Women earn less than men in Nebraska, in part because the types of jobs women gravitate toward tend to have lower salaries. Two high-paying careers in particular have garnered a lot of attention for their gender disparities, but only one for the reasons you might think.
It’s lab time for computer science students at Southeast Community College in Milford, Neb., about 30 miles west of Lincoln, and the room is filled with the staccato clicks of computer mice and keyboard buttons.
Emma Lehman confers with an instructor toward the back of the room. The 25-year-old is in her last quarter at SCC, and is one of only three females in the 26-student program.
“They always put me on posters, and the website and stuff,” she said, laughing embarrassedly.
That 10 or 11 percent ratio at SCC holds true across computer science and information technology programs at Nebraska colleges and universities; nationally, estimates range from around 12 to 18 percent.
But these low rates are relatively new.
“When I was in college in the late 70s, my class was about half and half female and male,” said SCC computer science instructor Roxanne Stutzman. “So we’ve not always had this disproportionate amount of male and female students."
Female computer science students share their experiences
Amanda Halek, 22, works in the computer lab at the Southeast Community College campus in Milford, Neb. (Photo by Hilary Stohs-Krause, NET News)
Why they chose computer science:
Emma Lehman, 25, chose to study computer science after graduating from a liberal arts university with a degree in Russian in the midst of the recession. She said she was attracted by the high salary and strong job market for computer science majors.
Amanda Halek, 22, also took some classes at a traditional four-year university, and was likewise troubled by the prospect of finding work after she graduated. Her love for the computer game Minecraft first sparked her interest in computer programming.
On being the only women:
Lehman, Halek and fellow student Allie Homan, 18, said they've never felt they were treated differently by their male students, though Lehman talked about the occasional "locker room" atmosphere.
"They don't treat us like girls," Homan said. "They just treat us like another human being."
The impact of having female instructors:
All three said having female instructors has been very helpful for them.
"That's been kind of the blessing of going here," Lehman said. "They're all just really approachable and really easy to talk to. ... I feel like they really want me to succeed, because I am a woman, just to show that it's not impossible."
Challenges they anticipate in the future:
I think the stereotype that's associated with programming is definitely the 40-year-old man that lives in his mother's basement," Halek said, "and it's one of those fields where, as a woman, you feel you're not going to be taken seriously."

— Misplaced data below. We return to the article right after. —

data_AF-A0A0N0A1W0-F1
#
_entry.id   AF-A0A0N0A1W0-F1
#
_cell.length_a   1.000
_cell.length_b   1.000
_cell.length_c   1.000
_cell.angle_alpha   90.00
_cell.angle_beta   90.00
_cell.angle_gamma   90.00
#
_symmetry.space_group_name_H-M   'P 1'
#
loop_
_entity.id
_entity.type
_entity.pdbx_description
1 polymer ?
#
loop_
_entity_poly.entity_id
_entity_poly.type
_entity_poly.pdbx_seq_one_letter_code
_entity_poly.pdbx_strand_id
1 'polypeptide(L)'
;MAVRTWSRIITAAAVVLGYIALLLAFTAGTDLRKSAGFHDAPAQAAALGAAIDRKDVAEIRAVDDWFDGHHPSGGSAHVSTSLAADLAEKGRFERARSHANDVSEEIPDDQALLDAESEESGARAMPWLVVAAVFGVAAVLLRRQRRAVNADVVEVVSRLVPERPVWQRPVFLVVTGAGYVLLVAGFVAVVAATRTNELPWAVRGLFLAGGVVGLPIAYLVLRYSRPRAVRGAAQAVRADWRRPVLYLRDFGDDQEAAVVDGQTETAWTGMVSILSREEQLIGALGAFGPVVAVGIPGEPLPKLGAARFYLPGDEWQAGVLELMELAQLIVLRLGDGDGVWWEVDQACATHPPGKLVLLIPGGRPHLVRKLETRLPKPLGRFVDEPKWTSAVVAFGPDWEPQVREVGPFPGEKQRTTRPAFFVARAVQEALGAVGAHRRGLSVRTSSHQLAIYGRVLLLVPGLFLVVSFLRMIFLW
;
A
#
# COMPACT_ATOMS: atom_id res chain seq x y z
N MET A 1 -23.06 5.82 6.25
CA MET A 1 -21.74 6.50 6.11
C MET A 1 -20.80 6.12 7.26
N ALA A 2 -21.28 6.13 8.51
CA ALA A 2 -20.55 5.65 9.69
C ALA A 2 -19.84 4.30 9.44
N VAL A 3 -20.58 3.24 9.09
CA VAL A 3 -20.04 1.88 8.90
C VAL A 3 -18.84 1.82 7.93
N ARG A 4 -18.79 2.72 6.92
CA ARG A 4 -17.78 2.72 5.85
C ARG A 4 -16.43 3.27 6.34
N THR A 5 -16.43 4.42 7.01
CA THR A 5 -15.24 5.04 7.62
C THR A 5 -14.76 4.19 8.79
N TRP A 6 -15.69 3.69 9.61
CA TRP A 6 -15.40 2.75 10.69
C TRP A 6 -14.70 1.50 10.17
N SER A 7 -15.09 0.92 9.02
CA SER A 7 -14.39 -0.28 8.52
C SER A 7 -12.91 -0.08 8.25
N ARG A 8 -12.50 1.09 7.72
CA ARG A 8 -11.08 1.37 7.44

She gave her mother as an example, who's worked in IT for decades; when her mother starts a new job, Halek said, she doesn't wear makeup or traditionally feminine clothing "because they won't take her seriously. They just assume she doesn't know what she's talking about because she's a woman."
The three said they're prepared to deal with sexism and stereotypes and plan to take criticism "with a grain of salt." But Lehamn said she's determined to be part of the change that turns the tide for women in computer science.
Since then, the number of freshman undergraduate women interested in computer science has been on a steep decline, even as the number of available jobs continues to increase.
“There may be some intimidation issues, I think, with females sometimes,” Stutzman said. Referring to herself and the other SCC computer science faculty, she added, “But we, of course, are very aware of that.”
The “of course” is because all four SCC instructors are women: Stutzman taught Hildy Dickinson, who was later hired on as faculty, and they both taught their now-colleagues Julie Kohtz and department chair Beth Stutzman.
Female students said having women instructors made them feel much more comfortable, and the instructors said their presence accustoms male students to having female supervisors and to seeing strong women in computer science.
The staff has been all-female since 1999 – around the same time the number of female students really took a nosedive, plunging 79 percent from 2000 to 2011 alone.
Experts list various factors as contributing to the downturn of female computer science students, including a glut in the market caused by Y2K fears coinciding with a booming healthcare industry.
“There was a big demand for nurses, and so I think a lot of women saw some opportunity that way,” Beth Stutzman said. “At SCC, we have a lot of different programs that are health-related, … (and) we saw those pick up and have waitlists to get into the programs.